A civil calendar is a calendar in general use by public officials and private citizens. In most of the modern world, the civil calendar used is the Gregorian calendar system, created in 1582 by Pope Gregory the 13th. Many regions also have alternate calendars that mark cycles of religious events. Typically, a civil calendar includes only state or national holidays and is largely non-secular so as to allow for religious plurality.
Calendars are created primarily to regulate routine and behavior, and standardize the reckoning of time. The common civil calendar is based on the time it takes for the Earth to make a complete transit of the sun, which takes about 365.24 days. This cycle is divided into twelve months that consist of 28-31 days. Months are further divided into roughly four week segments, with each week containing seven days. In order to balance out the extra .24 days of each transit, the civil calendar adds an extra day to February once every four years.
Although the Gregorian calendar is the international standard throughout most of the modern world, this was not always the case. Before the age of easy transportation, most regions had their own calendars based on religious or civic systems. In the ancient Roman empire, most provinces operated under the Julian calendar, created by Julius Caesar. India and other Hindu regions used calendars created before the common era, though they went through several adaptations over the years. The Mayan calendar was devised around 6th century before the common era (BCE) and is noteworthy for its highly complex and advanced methods of development.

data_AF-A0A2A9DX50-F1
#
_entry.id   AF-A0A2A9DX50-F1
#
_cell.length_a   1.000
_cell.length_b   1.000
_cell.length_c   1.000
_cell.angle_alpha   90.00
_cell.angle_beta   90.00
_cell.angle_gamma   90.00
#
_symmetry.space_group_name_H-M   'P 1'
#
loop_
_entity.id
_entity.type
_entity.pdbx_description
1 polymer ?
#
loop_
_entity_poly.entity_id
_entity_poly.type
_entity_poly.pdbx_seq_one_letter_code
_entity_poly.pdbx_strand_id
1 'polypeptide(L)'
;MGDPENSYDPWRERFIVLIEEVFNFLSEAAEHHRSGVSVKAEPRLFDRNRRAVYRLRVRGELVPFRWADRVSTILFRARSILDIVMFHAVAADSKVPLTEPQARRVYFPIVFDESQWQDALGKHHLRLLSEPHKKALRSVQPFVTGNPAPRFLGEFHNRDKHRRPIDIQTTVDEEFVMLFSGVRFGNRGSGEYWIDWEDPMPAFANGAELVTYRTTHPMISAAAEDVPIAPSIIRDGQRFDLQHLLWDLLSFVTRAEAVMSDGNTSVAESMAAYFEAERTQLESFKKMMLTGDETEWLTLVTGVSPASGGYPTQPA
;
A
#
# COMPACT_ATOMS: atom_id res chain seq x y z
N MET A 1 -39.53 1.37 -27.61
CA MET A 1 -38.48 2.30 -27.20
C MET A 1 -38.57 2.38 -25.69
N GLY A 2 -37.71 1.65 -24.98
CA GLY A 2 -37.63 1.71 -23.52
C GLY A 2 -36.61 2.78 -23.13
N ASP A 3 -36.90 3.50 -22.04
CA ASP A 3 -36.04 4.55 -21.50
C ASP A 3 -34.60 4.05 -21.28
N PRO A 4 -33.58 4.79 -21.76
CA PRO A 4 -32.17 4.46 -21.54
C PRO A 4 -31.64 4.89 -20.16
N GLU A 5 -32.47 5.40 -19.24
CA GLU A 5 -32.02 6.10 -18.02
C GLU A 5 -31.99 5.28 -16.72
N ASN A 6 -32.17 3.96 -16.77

There are several important reasons for a civil calendar, each with particular significance. A common calendar allows the recording of major civic events and the ability to set certain actions on specific days of the year. In addition, the calendar works in accordance with the transit of the planet around the sun, allowing a general understanding of which seasons fall within which months. As scientific understanding has increased, calendars have typically become more accurate, which helps regulate seasonal preparation and agricultural activity.
A civil calendar will generally include important civic events, such as public holidays, which may vary from region to region. Additionally, specific days may be set that govern business or accounting behavior that relates to the government; in the United States, for instance, 15 April is the day when governmental tax forms are due each year. By maintaining a commonly used civil calendar throughout the world, governments and citizens are able to co-ordinate travel, business, and commerce with relative ease.